He seemed to be considering it in speech Thursday
WASHINGTON – The problem with bipartisanship is that it has no bipartisan definition.
On a day when United States senators invoked burning-house metaphors for the economy, the idea of Democrats and Republicans traveling the same road to a massive injection of new federal debt into that economy seemed as elusive as ever.
The long-term question for President Obama: Should he abandon bipartisanship? Some are urging him to, and he seemed to be taking a step that way Thursday night in a campaign-style speech to Democratic members of Congress.
Speaking at a retreat in historic Williamsburg, Va., Obama said he valued “constructive criticism and healthy debate” on a package of tax cuts and spending approaching $1 trillion. But he attacked what he called “the same tired arguments and worn ideas that helped to create this crisis.”
Republicans accused Obama of abandoning his promise to seek bipartisanship. And so it goes in a city where Democrats and Republicans often operate from different dictionaries.
Obama will take his case that the economy urgently needs his plan directly to the American people next week, with an appearance Monday in Elkhart, Ind., a nationally televised news conference Monday evening and a town-hall meeting Tuesday in Fort Myers, Fla.
The threat of filibuster – on which the Republicans have a tenuous grip, but a grip nonetheless – still hangs over the Senate. The Democrats are currently two short of the 60 senators necessary to ram through legislation against a united Republican front. Almost certainly, Democrats will need a handful of Republicans to pass a compromise House-Senate bill, if the stimulus gets that far.
An Obama governing template has been laid.
Democrats claim they have acceded to some Republican ideas but say they won the 2008 elections. Old ideas, they say, are not bipartisanship.
“We can’t embrace the losing formula that says only tax cuts will work for every problem we face,” Obama told applauding congressional Democrats. “That ignores critical challenges like our addiction to foreign oil, or the soaring cost of health care, or falling schools and crumbling bridges and roads and levees.”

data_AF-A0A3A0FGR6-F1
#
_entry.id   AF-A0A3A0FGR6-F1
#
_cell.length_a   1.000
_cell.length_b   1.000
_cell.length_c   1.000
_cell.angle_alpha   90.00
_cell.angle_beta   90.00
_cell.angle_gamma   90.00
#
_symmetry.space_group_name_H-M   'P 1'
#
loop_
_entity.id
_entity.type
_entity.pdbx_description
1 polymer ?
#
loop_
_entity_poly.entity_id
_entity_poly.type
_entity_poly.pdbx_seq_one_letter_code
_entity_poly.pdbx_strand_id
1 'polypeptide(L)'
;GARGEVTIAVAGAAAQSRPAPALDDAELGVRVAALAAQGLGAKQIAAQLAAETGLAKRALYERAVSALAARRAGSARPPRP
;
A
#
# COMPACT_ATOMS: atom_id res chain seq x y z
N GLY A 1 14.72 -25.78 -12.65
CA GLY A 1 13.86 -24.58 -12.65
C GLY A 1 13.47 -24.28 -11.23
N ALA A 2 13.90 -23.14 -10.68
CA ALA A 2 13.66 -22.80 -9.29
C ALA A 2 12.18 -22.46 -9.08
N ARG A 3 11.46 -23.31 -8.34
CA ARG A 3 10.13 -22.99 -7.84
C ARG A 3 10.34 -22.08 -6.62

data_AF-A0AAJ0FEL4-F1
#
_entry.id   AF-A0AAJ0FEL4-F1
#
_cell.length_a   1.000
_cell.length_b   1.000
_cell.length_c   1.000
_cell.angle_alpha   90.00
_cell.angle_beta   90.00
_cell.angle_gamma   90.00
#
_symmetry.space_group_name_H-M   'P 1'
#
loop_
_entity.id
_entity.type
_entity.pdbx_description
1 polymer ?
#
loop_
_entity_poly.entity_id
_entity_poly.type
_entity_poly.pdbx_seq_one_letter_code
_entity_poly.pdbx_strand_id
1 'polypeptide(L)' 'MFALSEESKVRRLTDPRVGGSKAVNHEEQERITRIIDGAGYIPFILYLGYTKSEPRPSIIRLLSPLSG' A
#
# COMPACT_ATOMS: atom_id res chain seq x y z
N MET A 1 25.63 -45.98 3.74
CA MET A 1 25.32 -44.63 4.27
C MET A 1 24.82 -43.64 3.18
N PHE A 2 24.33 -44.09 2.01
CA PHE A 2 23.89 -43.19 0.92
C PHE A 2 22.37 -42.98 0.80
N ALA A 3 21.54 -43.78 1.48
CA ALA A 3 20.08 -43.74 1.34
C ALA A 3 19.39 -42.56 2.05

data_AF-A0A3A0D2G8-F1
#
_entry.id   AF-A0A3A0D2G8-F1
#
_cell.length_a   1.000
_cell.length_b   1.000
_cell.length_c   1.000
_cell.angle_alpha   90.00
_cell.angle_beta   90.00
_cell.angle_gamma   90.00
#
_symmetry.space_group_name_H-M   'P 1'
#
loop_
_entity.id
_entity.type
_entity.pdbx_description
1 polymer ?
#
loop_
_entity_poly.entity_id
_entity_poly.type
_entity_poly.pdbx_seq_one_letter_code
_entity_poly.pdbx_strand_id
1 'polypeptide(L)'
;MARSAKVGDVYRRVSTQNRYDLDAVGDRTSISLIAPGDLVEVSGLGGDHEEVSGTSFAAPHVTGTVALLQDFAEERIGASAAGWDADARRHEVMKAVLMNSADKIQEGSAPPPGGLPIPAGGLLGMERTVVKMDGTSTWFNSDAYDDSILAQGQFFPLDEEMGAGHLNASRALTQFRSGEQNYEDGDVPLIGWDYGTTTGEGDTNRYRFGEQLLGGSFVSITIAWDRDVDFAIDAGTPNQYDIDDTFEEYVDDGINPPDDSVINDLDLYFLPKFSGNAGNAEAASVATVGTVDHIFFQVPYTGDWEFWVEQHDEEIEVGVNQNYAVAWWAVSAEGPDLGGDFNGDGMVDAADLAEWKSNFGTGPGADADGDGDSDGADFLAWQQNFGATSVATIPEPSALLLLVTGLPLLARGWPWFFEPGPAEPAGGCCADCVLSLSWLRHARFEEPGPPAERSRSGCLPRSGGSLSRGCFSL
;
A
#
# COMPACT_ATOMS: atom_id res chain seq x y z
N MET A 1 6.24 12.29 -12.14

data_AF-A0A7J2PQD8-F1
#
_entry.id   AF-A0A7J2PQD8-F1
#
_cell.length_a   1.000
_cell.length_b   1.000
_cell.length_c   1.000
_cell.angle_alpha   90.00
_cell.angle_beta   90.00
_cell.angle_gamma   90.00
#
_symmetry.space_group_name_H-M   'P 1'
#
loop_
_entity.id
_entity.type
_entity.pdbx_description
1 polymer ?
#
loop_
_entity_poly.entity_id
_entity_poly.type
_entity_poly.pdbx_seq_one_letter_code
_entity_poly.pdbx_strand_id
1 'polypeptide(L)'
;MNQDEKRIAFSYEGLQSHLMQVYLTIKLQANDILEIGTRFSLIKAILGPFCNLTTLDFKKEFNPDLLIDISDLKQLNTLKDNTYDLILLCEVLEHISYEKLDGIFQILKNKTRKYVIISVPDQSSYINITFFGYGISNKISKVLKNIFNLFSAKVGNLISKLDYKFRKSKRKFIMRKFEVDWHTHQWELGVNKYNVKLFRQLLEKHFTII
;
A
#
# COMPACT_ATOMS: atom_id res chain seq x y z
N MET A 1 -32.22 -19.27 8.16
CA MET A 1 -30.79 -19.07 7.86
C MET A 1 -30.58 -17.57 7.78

Republicans complain that while Obama seems to listen, Democrats on Capitol Hill have quashed most of their best ideas, leaving the bailout larded with spending designed to stimulate Democratic interest groups.
Obama’s 2008 presidential foe, Sen. John McCain, R-Ariz., said even if Obama did get a few Senate Republicans to go along with him, “you can call it an agreement but you can’t call it a bipartisan agreement.”
The Senate debate came a week after the House passed its stimulus framework without a single Republican vote. Democrats scoffed at GOP claims that the 11 House Democrats who voted “no” constituted bipartisan opposition.
Ironies filtered through the Senate chamber. McCain, criticized in September for claiming the fundamentals of the economy were strong, made no pretense of that Friday. However, he did warn of the consequences of assuming trillions of dollars in new debt for future generations. Still, in the middle of the election, McCain supported a massive bank bailout plan that has fallen short of its goal of loosening credit.
Senate Budget Committee Chairman Kent Conrad is a self-declared deficit hawk. He first ran for the Senate in 1986 on a promise to eliminate red ink. But on a day in which the government said unemployment had risen to 7.6 percent, Conrad on the Senate floor invoked the lessons of the Great Depression, saying a return too quickly toward a balanced budget could derail a recovery that had not yet even started.